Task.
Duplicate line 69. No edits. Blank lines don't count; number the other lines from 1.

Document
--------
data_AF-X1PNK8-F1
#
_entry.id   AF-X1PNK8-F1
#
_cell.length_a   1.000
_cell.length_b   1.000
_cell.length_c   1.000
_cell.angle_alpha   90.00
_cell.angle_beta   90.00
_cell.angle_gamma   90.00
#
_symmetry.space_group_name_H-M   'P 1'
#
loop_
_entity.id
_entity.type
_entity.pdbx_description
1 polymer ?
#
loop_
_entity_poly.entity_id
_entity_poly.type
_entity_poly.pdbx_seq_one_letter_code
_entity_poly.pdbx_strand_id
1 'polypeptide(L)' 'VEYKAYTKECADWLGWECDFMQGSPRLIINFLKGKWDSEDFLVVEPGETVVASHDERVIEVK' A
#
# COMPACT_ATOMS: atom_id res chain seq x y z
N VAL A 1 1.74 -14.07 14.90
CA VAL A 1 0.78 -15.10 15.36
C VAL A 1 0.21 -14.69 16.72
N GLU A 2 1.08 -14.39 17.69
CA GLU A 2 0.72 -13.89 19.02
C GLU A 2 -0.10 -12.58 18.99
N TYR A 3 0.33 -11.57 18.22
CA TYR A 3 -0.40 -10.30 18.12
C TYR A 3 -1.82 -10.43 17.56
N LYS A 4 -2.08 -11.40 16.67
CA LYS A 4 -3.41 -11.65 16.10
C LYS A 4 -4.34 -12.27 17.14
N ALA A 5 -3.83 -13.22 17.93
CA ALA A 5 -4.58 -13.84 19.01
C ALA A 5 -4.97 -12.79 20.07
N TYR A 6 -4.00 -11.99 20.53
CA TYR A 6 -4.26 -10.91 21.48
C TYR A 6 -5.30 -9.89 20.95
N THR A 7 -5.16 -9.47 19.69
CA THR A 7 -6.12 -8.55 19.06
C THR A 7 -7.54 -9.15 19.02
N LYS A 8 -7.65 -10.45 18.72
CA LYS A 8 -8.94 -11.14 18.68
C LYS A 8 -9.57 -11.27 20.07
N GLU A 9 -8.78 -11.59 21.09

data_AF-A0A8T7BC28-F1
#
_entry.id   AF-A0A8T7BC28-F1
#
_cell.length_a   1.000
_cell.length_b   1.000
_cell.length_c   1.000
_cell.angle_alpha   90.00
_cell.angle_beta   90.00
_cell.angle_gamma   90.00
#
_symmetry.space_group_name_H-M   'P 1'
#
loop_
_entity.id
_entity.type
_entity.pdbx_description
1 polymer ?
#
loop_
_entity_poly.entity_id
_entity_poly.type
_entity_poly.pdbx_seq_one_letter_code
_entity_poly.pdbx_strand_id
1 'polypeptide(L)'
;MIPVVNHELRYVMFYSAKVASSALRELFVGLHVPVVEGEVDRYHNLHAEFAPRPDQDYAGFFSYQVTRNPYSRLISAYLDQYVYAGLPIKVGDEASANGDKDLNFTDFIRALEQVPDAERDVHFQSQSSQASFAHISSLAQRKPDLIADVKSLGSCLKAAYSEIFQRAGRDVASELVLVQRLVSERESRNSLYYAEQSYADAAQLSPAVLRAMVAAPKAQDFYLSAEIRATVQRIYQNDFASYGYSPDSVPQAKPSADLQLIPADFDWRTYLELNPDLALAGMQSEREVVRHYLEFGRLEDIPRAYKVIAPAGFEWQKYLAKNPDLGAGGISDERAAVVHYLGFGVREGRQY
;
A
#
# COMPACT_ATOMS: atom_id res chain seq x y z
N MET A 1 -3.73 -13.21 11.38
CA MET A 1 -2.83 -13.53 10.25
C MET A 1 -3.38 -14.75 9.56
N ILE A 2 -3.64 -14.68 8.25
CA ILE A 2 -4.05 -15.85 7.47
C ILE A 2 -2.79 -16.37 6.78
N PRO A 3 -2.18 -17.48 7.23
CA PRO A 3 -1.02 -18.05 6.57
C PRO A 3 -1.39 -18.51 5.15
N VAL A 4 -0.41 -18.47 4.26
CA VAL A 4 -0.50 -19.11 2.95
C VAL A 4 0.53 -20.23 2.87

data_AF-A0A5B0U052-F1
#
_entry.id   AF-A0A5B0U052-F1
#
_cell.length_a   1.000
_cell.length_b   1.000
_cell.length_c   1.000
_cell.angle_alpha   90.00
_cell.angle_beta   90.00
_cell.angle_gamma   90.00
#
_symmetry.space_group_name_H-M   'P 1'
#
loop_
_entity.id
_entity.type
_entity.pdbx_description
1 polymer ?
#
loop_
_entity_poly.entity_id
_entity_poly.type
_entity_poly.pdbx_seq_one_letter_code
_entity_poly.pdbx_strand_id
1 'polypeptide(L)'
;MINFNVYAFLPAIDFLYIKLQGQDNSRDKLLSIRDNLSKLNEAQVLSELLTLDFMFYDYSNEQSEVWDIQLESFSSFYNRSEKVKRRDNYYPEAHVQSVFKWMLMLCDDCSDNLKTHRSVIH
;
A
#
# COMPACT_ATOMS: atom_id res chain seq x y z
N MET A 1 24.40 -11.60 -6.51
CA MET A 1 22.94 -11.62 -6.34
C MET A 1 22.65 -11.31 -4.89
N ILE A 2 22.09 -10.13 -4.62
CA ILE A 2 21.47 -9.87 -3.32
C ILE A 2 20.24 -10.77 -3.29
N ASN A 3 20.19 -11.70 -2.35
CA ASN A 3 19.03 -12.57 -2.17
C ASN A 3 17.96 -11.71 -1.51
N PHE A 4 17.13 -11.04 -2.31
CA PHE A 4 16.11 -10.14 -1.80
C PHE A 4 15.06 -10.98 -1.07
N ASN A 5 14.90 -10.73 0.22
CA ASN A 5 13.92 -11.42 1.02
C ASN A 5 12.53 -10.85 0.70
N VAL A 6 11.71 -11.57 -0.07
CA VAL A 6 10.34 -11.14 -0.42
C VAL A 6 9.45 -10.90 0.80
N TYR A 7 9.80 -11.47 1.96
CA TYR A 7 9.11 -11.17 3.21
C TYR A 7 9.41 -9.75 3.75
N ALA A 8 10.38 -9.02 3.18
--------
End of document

_entity.pdbx_description